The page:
A friend tipped me to John C. Wright’s blog, found here. Three reasons to add him to the blogroll and the bookshelf:
- He writes pretty darned good Sci-Fi/Fantasy. I’d read The Golden Age books before I knew anything of his innate awesomeness.
- He once declared, “If Vulcans had a church, they’d be Catholics.” Having spent the summer around process theology, I cannot tell you how true this statement is.
- He continues to write things like this, in response to a review of one of his stories:
No comment about the story says anything about the story-writer: the reviewer here breaks the fourth wall and makes a personal comment about my ability to “get it” because that is the automatic reflex of her particular philosophy, which suffers from one weakness that crops up in every follower of it I have ever met, bar none, no matter their background or education.
Leftists all argue by Ad Hominem. Philosophy, for them, is not a search for truth, but a martial aid to augment a limp and failing self-esteem.
Leftist have to make comments uplifting themselves and putting down the opposition, because their philosophy does not allow for anything else. It is not as if they can say that there is an objective standard that they fulfill better than other men, and base their pride on that. It is not as if they can say the objective rules of logic support their conclusions.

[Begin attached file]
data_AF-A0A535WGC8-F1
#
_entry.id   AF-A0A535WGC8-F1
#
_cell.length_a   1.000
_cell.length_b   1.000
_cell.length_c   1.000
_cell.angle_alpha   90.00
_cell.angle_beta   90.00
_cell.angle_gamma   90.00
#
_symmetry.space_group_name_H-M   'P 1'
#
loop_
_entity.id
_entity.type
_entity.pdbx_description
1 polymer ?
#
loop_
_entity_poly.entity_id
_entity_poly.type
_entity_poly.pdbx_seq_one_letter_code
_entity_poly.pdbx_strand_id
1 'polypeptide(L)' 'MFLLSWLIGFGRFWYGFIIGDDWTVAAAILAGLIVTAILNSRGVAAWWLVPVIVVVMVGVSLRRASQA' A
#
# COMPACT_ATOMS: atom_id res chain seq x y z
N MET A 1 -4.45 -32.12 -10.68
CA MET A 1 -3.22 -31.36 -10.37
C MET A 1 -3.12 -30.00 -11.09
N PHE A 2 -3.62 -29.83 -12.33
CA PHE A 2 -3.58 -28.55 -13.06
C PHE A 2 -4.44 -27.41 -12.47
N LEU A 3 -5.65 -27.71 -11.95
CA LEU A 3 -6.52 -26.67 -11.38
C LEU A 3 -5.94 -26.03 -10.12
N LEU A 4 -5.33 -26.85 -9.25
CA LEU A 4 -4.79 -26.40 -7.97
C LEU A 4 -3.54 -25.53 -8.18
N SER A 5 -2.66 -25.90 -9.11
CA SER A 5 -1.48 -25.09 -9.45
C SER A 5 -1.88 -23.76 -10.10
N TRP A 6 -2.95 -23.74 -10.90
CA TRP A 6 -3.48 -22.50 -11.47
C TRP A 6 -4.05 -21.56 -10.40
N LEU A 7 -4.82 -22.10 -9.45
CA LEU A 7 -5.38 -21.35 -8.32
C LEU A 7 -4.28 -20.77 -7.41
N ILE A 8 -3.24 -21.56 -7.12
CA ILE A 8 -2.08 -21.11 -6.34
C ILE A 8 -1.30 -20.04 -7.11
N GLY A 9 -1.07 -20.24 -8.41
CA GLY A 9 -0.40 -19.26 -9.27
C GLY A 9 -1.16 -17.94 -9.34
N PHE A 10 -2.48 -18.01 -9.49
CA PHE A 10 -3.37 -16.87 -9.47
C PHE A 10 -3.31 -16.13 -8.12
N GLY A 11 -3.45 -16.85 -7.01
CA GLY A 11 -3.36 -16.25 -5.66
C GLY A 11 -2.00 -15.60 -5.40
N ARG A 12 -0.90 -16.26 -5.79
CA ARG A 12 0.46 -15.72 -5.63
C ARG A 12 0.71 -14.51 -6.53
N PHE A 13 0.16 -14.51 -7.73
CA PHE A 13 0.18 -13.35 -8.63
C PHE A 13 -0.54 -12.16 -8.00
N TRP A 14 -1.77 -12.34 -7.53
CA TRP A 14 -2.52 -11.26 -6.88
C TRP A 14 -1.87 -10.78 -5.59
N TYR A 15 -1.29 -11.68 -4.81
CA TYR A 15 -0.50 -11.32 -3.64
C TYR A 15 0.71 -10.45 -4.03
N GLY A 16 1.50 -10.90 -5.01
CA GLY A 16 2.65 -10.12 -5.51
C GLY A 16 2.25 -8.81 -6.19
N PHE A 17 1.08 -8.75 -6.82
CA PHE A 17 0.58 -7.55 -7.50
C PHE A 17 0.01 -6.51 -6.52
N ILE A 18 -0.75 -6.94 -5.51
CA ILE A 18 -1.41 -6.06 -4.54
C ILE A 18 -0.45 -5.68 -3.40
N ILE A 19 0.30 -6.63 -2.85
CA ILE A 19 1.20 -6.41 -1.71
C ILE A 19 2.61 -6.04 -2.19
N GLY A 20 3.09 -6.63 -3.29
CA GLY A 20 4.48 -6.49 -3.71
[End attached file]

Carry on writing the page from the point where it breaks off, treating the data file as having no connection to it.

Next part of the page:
Nope. Moderns are the children of Marx, Hegel, Nietzsche, Freud, and other frauds and charlatans posing as thinkers. What the bigs frauds do is pretend everything evolves, or everything is historical necessity, or everything is willpower, or everything is subconscious impulses. All these theories are vague enough to fit any situation — what Karl Popper called ‘un-disprovable’ — but more importantly, all allowed for ad Hominem dismissal of criticism by calling character of the critic into question: as Marx did by dismissing economists as merely spokesmen for economic interests, as Hegel did by dismissing ancient writers as being undeveloped (as if truth depended on when you spoke it), as Freud did with Jung, and so on and on.
The little frauds follow the big frauds. They assume all disagreement is based on ignorance or malice, and not on differences of axioms, exposure to different experience, or the judicious people placing different weight on the testimony of contradictory witnesses.
What makes it ironic is that these modern intellectuals more often than not do not know who invented the ideas they are reciting, or have not read the original works.
Pretty much sums up why I left the vapid wasteland of leftist groupthink in a college dorm.
Just the cover makes me want to own it.